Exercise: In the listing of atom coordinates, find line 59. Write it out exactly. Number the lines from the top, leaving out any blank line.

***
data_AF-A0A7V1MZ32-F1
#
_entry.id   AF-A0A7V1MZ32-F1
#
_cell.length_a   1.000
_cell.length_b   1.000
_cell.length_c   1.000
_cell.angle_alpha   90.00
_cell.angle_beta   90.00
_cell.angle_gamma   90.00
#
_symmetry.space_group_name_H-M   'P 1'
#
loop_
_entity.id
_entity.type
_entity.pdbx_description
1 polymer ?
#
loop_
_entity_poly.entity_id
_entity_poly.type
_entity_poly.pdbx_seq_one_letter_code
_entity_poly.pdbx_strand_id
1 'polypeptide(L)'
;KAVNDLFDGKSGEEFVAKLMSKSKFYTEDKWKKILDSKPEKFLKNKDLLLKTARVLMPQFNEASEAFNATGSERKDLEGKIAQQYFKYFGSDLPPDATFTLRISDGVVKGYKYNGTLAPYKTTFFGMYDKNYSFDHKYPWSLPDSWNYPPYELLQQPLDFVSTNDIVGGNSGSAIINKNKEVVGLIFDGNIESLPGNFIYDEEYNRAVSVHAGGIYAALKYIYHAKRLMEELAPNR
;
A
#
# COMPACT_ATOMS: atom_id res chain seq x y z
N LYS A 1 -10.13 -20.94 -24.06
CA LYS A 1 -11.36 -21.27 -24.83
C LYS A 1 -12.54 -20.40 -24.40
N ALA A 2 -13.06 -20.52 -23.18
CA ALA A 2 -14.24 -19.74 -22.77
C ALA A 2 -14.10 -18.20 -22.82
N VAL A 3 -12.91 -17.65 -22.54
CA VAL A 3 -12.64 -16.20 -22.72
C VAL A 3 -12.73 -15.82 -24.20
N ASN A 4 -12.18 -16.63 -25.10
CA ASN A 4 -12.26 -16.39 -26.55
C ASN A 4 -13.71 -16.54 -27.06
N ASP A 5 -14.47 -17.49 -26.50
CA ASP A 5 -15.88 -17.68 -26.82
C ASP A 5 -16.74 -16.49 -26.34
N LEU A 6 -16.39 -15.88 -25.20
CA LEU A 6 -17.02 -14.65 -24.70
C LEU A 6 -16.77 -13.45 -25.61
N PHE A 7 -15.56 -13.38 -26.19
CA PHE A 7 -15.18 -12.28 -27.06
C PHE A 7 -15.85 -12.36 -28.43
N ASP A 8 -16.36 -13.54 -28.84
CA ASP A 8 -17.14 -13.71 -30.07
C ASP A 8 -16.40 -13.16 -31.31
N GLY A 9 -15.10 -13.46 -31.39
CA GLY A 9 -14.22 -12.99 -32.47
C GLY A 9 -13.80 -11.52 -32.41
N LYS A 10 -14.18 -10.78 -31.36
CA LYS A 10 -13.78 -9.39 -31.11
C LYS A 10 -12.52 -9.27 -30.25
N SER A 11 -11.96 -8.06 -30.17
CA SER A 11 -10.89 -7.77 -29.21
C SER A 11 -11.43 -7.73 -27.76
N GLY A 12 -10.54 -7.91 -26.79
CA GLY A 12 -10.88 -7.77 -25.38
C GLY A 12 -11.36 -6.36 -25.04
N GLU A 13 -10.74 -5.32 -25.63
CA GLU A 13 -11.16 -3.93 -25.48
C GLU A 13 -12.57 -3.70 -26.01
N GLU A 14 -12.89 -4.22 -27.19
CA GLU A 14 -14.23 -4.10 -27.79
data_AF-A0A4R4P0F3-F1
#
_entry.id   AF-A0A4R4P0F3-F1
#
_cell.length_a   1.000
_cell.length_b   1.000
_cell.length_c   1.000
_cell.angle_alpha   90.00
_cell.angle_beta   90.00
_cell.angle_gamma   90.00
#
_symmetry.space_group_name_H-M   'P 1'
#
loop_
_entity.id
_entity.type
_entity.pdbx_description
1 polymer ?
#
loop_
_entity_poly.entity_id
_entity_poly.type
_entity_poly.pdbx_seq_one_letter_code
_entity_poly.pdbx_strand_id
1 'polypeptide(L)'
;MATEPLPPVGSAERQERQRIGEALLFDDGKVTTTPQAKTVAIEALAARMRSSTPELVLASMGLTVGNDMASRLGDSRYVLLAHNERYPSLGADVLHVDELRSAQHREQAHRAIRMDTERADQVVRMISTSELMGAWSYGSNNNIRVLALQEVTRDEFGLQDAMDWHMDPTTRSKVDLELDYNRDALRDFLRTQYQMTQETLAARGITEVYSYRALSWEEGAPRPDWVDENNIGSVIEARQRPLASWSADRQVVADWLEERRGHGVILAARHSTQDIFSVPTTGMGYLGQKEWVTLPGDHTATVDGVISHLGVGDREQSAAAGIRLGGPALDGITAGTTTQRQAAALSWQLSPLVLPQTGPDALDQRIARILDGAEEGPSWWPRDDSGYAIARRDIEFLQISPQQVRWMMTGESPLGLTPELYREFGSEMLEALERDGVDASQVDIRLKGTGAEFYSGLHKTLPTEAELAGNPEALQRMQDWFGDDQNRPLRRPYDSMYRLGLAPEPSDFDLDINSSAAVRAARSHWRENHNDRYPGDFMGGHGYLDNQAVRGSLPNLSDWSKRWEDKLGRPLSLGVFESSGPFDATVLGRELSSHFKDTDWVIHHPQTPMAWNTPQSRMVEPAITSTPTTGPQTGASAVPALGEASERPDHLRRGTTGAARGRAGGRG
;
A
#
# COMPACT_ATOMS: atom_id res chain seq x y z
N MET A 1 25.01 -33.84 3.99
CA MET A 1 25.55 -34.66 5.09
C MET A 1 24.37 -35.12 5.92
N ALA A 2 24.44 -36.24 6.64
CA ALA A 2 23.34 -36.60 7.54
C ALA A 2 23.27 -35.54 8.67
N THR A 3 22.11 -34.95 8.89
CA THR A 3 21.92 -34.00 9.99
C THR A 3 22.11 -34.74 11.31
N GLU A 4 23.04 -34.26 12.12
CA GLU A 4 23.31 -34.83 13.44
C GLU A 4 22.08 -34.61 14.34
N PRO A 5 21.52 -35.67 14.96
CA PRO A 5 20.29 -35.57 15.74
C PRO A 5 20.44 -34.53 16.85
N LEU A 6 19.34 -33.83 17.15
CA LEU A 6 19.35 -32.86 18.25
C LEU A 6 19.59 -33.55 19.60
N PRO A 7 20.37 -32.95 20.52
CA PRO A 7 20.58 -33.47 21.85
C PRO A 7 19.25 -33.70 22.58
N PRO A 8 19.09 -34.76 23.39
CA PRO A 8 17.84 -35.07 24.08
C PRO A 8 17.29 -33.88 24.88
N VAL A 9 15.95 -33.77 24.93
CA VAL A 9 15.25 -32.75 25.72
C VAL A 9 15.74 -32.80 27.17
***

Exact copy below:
CA LYS A 10 -13.78 -9.39 -31.11